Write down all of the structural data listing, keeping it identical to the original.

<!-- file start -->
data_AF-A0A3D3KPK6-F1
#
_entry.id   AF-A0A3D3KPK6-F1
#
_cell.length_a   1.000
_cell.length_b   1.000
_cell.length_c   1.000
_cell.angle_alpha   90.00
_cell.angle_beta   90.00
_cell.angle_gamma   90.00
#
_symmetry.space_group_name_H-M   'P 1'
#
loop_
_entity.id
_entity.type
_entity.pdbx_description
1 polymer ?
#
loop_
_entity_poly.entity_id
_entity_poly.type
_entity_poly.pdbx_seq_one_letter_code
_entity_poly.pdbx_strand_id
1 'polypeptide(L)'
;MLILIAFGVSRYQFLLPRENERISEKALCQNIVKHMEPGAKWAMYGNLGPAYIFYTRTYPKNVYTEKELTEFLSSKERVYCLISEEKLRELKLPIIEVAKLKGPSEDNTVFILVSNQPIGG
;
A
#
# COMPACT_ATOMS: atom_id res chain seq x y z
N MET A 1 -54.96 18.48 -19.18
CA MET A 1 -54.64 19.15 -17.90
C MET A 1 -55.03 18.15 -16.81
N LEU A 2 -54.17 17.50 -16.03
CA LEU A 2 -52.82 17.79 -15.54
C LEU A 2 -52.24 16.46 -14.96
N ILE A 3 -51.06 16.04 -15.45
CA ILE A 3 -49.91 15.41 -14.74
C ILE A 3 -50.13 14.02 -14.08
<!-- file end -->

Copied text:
data_AF-A0A3D3KPK6-F1
#
_entry.id   AF-A0A3D3KPK6-F1
#
_cell.length_a   1.000
_cell.length_b   1.000
_cell.length_c   1.000
_cell.angle_alpha   90.00
_cell.angle_beta   90.00
_cell.angle_gamma   90.00
#
_symmetry.space_group_name_H-M   'P 1'
#
loop_
_entity.id
_entity.type
_entity.pdbx_description
1 polymer ?
#
loop_
_entity_poly.entity_id
_entity_poly.type
_entity_poly.pdbx_seq_one_letter_code
_entity_poly.pdbx_strand_id
1 'polypeptide(L)'
;MLILIAFGVSRYQFLLPRENERISEKALCQNIVKHMEPGAKWAMYGNLGPAYIFYTRTYPKNVYTEKELTEFLSSKERVYCLISEEKLRELKLPIIEVAKLKGPSEDNTVFILVSNQPIGG
;
A
#
# COMPACT_ATOMS: atom_id res chain seq x y z
N MET A 1 -54.96 18.48 -19.18
CA MET A 1 -54.64 19.15 -17.90
C MET A 1 -55.03 18.15 -16.81
N LEU A 2 -54.17 17.50 -16.03
CA LEU A 2 -52.82 17.79 -15.54
C LEU A 2 -52.24 16.46 -14.96
N ILE A 3 -51.06 16.04 -15.45
CA ILE A 3 -49.91 15.41 -14.74
C ILE A 3 -50.13 14.02 -14.08